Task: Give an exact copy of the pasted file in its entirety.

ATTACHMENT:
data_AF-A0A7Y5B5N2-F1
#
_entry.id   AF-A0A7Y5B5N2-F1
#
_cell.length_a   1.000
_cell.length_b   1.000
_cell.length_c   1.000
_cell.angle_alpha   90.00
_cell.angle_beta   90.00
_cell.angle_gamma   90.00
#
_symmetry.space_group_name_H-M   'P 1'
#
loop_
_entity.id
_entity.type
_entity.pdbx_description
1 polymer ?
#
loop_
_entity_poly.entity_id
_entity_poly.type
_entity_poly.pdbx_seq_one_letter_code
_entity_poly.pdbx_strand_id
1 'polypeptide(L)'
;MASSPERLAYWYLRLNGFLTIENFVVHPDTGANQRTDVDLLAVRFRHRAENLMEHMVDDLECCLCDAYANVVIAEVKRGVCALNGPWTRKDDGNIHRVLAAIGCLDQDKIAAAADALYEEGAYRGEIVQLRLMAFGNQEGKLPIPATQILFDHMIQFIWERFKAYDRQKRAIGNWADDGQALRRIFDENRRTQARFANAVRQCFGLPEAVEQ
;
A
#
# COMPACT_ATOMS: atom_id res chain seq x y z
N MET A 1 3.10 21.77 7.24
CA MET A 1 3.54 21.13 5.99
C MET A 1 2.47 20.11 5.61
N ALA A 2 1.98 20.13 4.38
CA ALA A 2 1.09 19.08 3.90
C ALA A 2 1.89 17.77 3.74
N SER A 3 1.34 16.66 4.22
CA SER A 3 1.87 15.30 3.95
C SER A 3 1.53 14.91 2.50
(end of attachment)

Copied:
data_AF-A0A7Y5B5N2-F1
#
_entry.id   AF-A0A7Y5B5N2-F1
#
_cell.length_a   1.000
_cell.length_b   1.000
_cell.length_c   1.000
_cell.angle_alpha   90.00
_cell.angle_beta   90.00
_cell.angle_gamma   90.00
#
_symmetry.space_group_name_H-M   'P 1'
#
loop_
_entity.id
_entity.type
_entity.pdbx_description
1 polymer ?
#
loop_
_entity_poly.entity_id
_entity_poly.type
_entity_poly.pdbx_seq_one_letter_code
_entity_poly.pdbx_strand_id
1 'polypeptide(L)'
;MASSPERLAYWYLRLNGFLTIENFVVHPDTGANQRTDVDLLAVRFRHRAENLMEHMVDDLECCLCDAYANVVIAEVKRGVCALNGPWTRKDDGNIHRVLAAIGCLDQDKIAAAADALYEEGAYRGEIVQLRLMAFGNQEGKLPIPATQILFDHMIQFIWERFKAYDRQKRAIGNWADDGQALRRIFDENRRTQARFANAVRQCFGLPEAVEQ
;
A
#
# COMPACT_ATOMS: atom_id res chain seq x y z
N MET A 1 3.10 21.77 7.24
CA MET A 1 3.54 21.13 5.99
C MET A 1 2.47 20.11 5.61
N ALA A 2 1.98 20.13 4.38
CA ALA A 2 1.09 19.08 3.90
C ALA A 2 1.89 17.77 3.74
N SER A 3 1.34 16.66 4.22
CA SER A 3 1.87 15.30 3.95
C SER A 3 1.53 14.91 2.50